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Spiders Could Literally Eat All of Us and Take Over the World

It wouldn't be a fun day on the Internet without a straight shot of nightmare fuel to the heart. Today's dosage: an insane study on how spiders could theoretically eat every human on Earth in just a year, courtesy of the Washington Post's Wonkblog. WaPo pulls its findings from a study published in the academic journal The Science of Nature and written by European biologists Martin Nyffeler and Klaus Birkhofer. 

Nyffeler and Birkhofer wanted to calculate how much food spiders consume on a yearly basis. After crunching the numbers based on spider proliferation across habitable land on Earth and how much food spiders of different sizes eat every year, they estimated that spiders around the world consume between 400 and 800 million metric tons of food a year.

That's a massive, unwieldy number, so let's put it in perspective. The total biomass estimate for all humans alive on planet Earth was 287 million tons in 2005 based on average sizes of people living in different regions. The world population's risen since 2005, sure, but humanity's total biomass still falls well short of the low end of spider food consumption.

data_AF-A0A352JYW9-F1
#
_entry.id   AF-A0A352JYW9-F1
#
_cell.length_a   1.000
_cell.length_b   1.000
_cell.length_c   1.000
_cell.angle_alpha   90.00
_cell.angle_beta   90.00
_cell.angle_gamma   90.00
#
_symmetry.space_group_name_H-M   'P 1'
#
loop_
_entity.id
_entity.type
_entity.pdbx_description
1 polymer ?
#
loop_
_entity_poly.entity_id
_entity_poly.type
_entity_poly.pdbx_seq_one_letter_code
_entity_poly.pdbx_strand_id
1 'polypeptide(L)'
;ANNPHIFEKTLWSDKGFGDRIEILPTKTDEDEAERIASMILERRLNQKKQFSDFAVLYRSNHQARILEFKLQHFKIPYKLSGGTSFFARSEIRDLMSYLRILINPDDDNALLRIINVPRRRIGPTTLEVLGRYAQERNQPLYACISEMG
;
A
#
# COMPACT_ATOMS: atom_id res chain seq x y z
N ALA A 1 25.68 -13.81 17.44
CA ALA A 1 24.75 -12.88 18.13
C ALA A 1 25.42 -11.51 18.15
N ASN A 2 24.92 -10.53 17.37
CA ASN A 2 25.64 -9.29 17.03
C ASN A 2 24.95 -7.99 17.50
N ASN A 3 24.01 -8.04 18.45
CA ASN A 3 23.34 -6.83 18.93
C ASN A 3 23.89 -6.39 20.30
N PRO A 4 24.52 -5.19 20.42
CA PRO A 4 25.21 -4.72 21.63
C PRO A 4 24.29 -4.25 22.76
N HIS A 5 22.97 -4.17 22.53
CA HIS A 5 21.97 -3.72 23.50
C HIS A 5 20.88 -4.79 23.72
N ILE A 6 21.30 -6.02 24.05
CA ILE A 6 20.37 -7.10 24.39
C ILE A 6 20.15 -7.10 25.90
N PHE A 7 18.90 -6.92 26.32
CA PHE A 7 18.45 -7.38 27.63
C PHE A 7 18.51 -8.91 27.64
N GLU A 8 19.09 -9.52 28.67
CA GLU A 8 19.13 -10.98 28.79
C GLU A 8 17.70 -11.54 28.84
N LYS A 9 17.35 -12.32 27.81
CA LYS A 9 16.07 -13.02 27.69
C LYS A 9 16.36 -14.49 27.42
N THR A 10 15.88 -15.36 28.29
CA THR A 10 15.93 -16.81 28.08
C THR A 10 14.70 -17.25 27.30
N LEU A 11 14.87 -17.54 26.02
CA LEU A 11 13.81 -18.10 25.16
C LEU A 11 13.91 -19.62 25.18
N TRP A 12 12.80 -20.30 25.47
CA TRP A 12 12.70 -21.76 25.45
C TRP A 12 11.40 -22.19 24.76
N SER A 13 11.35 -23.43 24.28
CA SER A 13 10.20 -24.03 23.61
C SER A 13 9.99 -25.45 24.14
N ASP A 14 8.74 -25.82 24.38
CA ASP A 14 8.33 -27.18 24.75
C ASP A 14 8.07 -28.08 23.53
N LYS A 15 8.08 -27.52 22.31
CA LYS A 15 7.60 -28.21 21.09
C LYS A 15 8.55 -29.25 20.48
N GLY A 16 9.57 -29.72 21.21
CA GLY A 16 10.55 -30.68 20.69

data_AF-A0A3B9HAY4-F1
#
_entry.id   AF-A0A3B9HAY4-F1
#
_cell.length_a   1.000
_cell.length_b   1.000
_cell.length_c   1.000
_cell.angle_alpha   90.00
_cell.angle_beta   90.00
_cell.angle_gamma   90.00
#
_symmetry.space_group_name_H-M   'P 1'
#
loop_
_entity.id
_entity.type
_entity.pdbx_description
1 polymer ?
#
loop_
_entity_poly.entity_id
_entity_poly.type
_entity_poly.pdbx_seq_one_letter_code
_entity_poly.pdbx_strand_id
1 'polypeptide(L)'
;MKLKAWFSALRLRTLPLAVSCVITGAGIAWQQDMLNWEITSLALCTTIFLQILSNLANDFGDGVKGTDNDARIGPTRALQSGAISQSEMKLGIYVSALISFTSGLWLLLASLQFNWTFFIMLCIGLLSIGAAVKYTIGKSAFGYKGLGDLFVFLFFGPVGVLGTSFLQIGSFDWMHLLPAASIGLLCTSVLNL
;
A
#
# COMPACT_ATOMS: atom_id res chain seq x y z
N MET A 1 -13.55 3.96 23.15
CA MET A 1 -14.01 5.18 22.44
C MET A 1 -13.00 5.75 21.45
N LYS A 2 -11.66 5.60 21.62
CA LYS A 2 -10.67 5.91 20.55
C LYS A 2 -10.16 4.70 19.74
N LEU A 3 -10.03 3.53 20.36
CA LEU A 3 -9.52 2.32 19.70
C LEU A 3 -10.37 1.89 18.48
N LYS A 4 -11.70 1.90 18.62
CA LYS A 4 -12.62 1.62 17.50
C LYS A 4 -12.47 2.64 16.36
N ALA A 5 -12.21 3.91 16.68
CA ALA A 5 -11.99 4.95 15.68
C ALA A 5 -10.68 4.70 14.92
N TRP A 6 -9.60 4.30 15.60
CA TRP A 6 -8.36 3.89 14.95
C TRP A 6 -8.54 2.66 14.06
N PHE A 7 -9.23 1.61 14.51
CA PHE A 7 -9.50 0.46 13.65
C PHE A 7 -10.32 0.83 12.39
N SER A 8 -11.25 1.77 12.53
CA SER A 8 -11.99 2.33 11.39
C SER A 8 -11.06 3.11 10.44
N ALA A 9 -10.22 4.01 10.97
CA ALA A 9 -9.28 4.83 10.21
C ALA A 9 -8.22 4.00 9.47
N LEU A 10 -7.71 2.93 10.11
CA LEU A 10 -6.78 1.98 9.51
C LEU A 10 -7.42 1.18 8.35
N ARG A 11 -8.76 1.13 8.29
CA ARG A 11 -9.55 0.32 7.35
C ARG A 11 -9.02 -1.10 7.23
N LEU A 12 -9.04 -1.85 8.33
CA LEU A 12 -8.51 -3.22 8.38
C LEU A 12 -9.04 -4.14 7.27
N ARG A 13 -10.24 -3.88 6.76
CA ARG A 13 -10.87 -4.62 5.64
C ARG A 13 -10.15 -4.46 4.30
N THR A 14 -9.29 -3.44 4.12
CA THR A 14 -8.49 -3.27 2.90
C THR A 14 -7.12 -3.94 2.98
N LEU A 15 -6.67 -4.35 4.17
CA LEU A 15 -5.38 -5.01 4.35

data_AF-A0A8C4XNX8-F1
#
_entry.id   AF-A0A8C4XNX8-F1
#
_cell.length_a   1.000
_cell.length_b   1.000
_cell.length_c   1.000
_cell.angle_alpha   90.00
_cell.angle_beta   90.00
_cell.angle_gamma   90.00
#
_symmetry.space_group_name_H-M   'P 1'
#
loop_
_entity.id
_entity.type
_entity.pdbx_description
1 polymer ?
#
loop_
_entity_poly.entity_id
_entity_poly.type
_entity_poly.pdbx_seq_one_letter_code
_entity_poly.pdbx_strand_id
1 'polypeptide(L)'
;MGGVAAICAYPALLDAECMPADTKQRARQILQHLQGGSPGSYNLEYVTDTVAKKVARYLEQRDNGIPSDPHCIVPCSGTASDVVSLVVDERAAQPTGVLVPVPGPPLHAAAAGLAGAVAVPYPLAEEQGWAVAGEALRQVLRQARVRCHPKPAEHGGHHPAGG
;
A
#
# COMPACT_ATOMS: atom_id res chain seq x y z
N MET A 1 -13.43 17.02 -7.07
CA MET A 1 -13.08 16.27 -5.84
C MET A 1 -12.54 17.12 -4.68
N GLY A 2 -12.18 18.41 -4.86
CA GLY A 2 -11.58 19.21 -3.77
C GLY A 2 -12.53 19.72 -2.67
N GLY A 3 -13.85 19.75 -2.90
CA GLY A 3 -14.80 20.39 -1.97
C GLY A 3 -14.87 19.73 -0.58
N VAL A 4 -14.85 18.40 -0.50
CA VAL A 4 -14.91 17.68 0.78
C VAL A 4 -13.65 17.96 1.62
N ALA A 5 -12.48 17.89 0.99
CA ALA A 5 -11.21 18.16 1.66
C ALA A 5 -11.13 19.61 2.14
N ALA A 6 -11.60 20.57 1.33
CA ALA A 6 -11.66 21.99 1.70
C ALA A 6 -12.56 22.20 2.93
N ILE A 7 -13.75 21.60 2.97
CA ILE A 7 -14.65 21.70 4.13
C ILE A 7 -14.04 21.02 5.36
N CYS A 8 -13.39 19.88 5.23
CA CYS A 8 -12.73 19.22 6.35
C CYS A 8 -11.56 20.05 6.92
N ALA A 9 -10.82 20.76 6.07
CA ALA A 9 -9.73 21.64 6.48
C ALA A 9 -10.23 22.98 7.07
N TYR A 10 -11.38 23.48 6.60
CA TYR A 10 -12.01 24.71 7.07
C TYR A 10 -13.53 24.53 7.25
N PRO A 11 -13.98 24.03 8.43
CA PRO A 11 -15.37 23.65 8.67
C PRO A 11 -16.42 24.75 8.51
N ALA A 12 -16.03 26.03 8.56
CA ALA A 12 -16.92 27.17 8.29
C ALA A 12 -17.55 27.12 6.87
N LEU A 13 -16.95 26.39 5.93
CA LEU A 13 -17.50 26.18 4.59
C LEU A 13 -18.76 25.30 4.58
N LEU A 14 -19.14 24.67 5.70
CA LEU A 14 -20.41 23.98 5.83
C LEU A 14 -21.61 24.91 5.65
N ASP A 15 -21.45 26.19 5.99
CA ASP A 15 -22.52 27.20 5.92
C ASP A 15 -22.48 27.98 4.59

The scientists additionally found that there are about 25 million metric tons of spiders in the world, according to their research, they're one of the most prevalent species you can find on planet Earth. To put that number into context, the Star Wars films' Millennium Falcon starship could hold 100 metric tons in its cargo hold. It would take a massive star fleet of 250,000 Millennium Falcons to even consider transporting the amount of spiders we have on Earth anywhere else in the galaxy, and all of those spiders are really freaking hungry all the time.

Per WaPo, spiders eat about 10 percent of their body weight every single day ("equivalent to a 200-pound man eating 20 pounds of meat each day"). This means Han Solo would have to also smuggle about 2,500,000 additional metric tons a day to feed them all -- at least.

The moral of this story: Go to sleep tonight thanking your gods that spiders can be gentle sometimes, focus their efforts on mice instead of people, and haven't organized against us...

Yet.

h/t Washington Post

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Eric Vilas-Boas is a writer and editor at Thrillist. Follow him @e_vb_.